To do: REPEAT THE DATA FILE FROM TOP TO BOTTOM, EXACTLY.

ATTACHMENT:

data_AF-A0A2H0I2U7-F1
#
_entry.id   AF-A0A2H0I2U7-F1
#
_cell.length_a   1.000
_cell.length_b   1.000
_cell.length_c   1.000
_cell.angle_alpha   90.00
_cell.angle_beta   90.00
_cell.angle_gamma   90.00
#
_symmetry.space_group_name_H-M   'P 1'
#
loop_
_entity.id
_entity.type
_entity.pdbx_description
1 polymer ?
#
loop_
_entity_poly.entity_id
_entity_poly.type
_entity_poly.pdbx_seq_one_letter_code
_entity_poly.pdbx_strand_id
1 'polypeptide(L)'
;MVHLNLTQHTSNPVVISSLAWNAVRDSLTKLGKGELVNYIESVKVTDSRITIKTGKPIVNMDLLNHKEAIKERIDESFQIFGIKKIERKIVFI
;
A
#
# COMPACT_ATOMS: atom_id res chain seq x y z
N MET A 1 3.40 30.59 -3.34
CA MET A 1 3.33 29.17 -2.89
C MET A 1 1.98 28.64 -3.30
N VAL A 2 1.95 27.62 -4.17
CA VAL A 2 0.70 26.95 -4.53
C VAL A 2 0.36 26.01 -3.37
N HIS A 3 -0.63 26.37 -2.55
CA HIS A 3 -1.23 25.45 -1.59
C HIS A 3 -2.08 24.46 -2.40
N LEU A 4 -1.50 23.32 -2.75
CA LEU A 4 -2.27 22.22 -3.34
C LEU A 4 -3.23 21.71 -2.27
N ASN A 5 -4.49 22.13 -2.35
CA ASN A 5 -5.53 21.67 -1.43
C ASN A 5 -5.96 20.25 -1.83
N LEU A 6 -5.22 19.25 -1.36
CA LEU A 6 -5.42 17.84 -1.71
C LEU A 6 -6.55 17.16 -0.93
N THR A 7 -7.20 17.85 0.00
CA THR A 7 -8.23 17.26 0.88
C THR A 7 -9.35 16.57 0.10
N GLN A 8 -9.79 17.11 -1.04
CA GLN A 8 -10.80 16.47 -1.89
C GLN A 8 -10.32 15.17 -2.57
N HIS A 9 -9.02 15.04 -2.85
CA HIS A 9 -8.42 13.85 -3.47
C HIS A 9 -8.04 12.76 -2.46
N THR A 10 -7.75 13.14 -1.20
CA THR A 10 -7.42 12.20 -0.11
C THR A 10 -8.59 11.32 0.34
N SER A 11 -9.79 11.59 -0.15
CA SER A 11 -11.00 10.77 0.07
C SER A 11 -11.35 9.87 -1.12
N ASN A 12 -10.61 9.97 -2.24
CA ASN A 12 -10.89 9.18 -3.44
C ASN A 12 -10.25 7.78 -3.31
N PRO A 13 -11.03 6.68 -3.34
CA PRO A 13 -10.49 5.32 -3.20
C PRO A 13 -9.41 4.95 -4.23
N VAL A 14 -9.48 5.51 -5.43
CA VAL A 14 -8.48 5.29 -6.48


data_AF-A0A2H0I2U7-F1
#
_entry.id   AF-A0A2H0I2U7-F1
#
_cell.length_a   1.000
_cell.length_b   1.000
_cell.length_c   1.000
_cell.angle_alpha   90.00
_cell.angle_beta   90.00
_cell.angle_gamma   90.00
#
_symmetry.space_group_name_H-M   'P 1'
#
loop_
_entity.id
_entity.type
_entity.pdbx_description
1 polymer ?
#
loop_
_entity_poly.entity_id
_entity_poly.type
_entity_poly.pdbx_seq_one_letter_code
_entity_poly.pdbx_strand_id
1 'polypeptide(L)'
;MVHLNLTQHTSNPVVISSLAWNAVRDSLTKLGKGELVNYIESVKVTDSRITIKTGKPIVNMDLLNHKEAIKERIDESFQIFGIKKIERKIVFI
;
A
#
# COMPACT_ATOMS: atom_id res chain seq x y z
N MET A 1 3.40 30.59 -3.34
CA MET A 1 3.33 29.17 -2.89
C MET A 1 1.98 28.64 -3.30
N VAL A 2 1.95 27.62 -4.17
CA VAL A 2 0.70 26.95 -4.53
C VAL A 2 0.36 26.01 -3.37
N HIS A 3 -0.63 26.37 -2.55
CA HIS A 3 -1.23 25.45 -1.59
C HIS A 3 -2.08 24.46 -2.40
N LEU A 4 -1.50 23.32 -2.75
CA LEU A 4 -2.27 22.22 -3.34
C LEU A 4 -3.23 21.71 -2.27
N ASN A 5 -4.49 22.13 -2.35
CA ASN A 5 -5.53 21.67 -1.43
C ASN A 5 -5.96 20.25 -1.83
N LEU A 6 -5.22 19.25 -1.36
CA LEU A 6 -5.42 17.84 -1.71
C LEU A 6 -6.55 17.16 -0.93
N THR A 7 -7.20 17.85 0.00
CA THR A 7 -8.23 17.26 0.88
C THR A 7 -9.35 16.57 0.10
N GLN A 8 -9.79 17.11 -1.04
CA GLN A 8 -10.80 16.47 -1.89
C GLN A 8 -10.32 15.17 -2.57
N HIS A 9 -9.02 15.04 -2.85
CA HIS A 9 -8.42 13.85 -3.47
C HIS A 9 -8.04 12.76 -2.46
N THR A 10 -7.75 13.14 -1.20
CA THR A 10 -7.42 12.20 -0.11
C THR A 10 -8.59 11.32 0.34
N SER A 11 -9.79 11.59 -0.15
CA SER A 11 -11.00 10.77 0.07
C SER A 11 -11.35 9.87 -1.12
N ASN A 12 -10.61 9.97 -2.24
CA ASN A 12 -10.89 9.18 -3.44
C ASN A 12 -10.25 7.78 -3.31
N PRO A 13 -11.03 6.68 -3.34
CA PRO A 13 -10.49 5.32 -3.20
C PRO A 13 -9.41 4.95 -4.23
N VAL A 14 -9.48 5.51 -5.43
CA VAL A 14 -8.48 5.29 -6.48